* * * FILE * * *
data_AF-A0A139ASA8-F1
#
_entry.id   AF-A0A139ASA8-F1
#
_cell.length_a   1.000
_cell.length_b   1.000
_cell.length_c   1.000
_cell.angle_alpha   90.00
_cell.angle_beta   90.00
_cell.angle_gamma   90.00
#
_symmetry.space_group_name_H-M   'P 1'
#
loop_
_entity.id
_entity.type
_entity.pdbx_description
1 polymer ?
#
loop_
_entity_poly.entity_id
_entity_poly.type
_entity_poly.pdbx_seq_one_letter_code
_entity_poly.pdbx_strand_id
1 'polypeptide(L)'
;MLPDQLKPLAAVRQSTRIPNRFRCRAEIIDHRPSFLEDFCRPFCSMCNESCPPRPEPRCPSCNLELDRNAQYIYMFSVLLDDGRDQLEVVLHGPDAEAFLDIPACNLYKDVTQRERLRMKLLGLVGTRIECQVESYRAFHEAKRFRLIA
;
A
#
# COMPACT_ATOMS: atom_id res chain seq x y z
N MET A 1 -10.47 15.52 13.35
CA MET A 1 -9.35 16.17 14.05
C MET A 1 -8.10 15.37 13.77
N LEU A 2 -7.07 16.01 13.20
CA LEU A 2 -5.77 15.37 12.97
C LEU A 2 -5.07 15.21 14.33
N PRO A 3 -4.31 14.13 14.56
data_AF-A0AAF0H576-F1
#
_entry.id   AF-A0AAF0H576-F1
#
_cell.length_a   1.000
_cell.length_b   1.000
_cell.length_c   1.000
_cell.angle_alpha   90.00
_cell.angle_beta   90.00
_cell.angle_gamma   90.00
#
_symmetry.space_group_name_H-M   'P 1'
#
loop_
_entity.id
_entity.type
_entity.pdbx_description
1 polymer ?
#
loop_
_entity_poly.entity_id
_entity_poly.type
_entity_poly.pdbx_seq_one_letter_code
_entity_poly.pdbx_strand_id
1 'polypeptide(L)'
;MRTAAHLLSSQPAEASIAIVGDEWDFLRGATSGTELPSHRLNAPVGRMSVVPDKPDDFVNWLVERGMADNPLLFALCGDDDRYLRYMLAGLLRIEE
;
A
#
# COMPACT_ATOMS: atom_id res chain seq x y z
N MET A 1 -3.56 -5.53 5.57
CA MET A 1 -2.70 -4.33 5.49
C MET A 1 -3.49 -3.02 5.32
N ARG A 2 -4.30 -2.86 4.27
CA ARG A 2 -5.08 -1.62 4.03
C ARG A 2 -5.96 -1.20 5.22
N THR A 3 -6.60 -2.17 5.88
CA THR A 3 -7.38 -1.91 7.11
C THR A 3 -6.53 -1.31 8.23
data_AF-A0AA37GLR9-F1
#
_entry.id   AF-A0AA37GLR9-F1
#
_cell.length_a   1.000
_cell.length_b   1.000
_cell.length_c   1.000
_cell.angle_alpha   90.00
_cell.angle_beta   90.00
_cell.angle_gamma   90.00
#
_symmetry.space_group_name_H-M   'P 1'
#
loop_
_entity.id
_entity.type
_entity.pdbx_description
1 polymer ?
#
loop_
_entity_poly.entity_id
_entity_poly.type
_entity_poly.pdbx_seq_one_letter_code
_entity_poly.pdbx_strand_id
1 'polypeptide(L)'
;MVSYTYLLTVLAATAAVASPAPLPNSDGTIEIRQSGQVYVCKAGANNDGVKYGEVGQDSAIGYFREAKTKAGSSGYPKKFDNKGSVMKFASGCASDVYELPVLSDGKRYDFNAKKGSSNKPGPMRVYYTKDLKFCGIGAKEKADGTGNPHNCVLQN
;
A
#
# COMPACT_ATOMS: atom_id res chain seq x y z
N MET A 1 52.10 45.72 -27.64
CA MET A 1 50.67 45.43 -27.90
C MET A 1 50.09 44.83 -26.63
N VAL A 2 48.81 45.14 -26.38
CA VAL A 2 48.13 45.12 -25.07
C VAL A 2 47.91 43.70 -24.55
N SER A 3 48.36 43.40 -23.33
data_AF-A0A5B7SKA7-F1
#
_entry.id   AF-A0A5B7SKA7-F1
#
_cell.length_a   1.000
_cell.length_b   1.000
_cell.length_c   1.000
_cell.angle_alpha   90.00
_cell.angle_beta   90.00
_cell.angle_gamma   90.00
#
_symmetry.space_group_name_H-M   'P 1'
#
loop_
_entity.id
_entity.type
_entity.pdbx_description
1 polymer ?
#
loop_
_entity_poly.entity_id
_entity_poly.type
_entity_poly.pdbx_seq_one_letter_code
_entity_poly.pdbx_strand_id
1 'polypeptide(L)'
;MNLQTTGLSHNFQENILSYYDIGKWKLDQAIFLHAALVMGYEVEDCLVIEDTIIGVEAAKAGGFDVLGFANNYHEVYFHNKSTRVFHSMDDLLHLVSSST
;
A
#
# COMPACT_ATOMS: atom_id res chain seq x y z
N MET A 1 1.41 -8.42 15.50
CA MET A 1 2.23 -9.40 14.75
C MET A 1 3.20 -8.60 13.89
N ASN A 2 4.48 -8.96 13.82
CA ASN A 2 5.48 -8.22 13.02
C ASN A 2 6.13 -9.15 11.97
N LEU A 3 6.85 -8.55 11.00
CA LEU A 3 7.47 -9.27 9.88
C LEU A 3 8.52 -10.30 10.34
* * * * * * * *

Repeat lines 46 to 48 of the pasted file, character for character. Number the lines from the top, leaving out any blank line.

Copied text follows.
_cell.angle_beta   90.00
_cell.angle_gamma   90.00
#